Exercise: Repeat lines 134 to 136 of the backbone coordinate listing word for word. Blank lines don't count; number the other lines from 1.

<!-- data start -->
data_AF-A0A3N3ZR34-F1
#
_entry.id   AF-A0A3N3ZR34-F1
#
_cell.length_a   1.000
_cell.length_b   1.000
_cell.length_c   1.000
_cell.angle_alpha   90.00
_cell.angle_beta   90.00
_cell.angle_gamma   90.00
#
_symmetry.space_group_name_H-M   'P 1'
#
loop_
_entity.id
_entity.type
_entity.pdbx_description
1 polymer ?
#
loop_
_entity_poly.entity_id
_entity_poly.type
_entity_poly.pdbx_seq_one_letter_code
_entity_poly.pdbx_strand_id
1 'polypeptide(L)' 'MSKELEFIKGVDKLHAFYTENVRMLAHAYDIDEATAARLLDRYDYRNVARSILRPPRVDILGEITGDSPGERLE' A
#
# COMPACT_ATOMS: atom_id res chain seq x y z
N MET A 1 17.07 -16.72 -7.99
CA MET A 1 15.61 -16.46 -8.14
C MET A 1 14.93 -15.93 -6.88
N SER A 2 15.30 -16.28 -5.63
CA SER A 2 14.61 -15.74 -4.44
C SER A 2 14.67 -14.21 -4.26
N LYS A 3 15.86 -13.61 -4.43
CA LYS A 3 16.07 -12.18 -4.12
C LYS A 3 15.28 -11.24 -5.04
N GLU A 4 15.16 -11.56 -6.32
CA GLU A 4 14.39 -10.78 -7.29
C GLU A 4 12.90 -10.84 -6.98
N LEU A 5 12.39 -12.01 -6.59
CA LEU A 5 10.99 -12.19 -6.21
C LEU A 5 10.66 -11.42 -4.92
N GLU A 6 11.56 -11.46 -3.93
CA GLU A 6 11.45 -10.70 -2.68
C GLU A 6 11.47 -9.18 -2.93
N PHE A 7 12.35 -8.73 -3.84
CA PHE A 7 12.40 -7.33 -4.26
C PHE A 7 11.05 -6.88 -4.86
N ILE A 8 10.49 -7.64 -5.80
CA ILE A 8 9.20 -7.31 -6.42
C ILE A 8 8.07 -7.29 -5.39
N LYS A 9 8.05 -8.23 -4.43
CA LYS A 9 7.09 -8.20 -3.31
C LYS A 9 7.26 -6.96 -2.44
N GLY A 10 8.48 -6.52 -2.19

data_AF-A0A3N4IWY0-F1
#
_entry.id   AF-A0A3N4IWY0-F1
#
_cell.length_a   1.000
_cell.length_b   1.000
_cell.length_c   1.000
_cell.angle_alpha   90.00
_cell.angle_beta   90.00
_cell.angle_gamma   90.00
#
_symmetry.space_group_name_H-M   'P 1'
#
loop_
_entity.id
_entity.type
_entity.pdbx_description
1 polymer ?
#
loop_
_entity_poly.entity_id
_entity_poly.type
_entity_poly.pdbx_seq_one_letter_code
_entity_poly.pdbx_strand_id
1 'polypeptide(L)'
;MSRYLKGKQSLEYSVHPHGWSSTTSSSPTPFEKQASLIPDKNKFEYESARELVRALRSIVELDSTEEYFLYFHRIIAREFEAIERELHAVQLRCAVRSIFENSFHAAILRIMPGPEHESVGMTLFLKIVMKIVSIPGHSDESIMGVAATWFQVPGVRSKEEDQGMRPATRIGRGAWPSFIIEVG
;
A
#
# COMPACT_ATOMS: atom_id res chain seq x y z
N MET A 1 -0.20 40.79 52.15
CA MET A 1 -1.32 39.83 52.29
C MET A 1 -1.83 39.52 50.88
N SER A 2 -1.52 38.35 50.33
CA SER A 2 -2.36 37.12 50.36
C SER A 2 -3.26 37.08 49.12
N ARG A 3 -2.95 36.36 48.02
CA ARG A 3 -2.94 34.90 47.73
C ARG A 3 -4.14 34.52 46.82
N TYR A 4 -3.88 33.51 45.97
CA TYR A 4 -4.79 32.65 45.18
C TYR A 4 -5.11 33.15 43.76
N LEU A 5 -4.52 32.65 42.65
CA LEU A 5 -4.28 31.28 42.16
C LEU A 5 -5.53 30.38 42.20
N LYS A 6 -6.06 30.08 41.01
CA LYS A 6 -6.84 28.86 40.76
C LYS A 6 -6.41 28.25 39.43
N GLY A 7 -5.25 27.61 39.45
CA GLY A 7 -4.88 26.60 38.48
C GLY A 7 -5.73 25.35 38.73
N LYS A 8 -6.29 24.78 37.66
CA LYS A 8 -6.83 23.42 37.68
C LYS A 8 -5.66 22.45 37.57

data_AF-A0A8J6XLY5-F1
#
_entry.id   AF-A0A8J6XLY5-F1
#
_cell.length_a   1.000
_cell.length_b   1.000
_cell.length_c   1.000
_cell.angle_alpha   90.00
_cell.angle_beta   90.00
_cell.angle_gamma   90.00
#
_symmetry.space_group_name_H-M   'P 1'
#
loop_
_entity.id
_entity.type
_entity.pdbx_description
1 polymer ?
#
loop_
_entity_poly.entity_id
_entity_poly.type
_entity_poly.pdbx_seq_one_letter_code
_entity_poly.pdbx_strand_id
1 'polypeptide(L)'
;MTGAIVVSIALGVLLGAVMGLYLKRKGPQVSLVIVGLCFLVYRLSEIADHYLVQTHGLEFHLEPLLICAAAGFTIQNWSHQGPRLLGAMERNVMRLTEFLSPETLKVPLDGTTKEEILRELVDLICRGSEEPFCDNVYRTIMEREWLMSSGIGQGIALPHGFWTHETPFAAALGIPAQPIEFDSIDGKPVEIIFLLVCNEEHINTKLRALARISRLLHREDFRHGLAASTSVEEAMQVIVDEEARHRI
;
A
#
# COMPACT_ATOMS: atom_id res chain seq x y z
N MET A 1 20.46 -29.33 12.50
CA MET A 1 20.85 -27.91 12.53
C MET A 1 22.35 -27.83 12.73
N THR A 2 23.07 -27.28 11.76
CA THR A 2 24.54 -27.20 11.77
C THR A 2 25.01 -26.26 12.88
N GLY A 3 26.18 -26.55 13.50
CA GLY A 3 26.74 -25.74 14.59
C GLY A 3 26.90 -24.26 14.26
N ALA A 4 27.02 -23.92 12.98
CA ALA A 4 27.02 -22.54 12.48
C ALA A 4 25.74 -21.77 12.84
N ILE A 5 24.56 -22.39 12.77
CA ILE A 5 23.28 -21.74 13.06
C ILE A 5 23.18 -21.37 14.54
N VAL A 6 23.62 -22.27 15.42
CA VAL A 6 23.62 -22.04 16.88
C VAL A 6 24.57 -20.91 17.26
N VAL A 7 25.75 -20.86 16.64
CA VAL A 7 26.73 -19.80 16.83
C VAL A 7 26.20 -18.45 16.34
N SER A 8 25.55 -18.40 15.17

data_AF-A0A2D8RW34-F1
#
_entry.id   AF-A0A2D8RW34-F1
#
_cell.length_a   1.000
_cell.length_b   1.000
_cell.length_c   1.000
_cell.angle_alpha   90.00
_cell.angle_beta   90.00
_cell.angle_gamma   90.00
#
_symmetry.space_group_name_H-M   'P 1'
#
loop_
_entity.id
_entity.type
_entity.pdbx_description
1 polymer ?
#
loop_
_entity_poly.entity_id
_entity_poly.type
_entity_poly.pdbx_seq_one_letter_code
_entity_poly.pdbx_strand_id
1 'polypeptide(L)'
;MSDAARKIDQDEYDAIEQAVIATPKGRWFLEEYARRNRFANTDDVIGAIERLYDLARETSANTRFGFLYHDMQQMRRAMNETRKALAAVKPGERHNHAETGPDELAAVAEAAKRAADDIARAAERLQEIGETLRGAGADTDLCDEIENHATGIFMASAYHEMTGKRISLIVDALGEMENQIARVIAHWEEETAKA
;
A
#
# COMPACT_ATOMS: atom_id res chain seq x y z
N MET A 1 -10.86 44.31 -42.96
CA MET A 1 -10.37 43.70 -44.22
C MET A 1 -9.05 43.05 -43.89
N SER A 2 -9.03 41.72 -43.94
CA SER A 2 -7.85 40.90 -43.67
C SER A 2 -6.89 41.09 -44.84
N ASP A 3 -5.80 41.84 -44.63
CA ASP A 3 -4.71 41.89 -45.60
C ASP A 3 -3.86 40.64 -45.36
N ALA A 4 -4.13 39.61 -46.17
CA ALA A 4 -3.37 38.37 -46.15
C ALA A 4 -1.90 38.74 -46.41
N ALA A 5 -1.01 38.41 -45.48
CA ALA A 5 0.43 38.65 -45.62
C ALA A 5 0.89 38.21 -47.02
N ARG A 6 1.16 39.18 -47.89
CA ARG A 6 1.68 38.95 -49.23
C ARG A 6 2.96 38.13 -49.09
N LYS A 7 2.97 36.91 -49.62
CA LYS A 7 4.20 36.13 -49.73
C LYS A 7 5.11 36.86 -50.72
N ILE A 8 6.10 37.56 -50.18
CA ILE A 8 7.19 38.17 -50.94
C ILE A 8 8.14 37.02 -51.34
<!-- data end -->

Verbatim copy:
1 'polypeptide(L)'
;MTGAIVVSIALGVLLGAVMGLYLKRKGPQVSLVIVGLCFLVYRLSEIADHYLVQTHGLEFHLEPLLICAAAGFTIQNWSHQGPRLLGAMERNVMRLTEFLSPETLKVPLDGTTKEEILRELVDLICRGSEEPFCDNVYRTIMEREWLMSSGIGQGIALPHGFWTHETPFAAALGIPAQPIEFDSIDGKPVEIIFLLVCNEEHINTKLRALARISRLLHREDFRHGLAASTSVEEAMQVIVDEEARHRI
;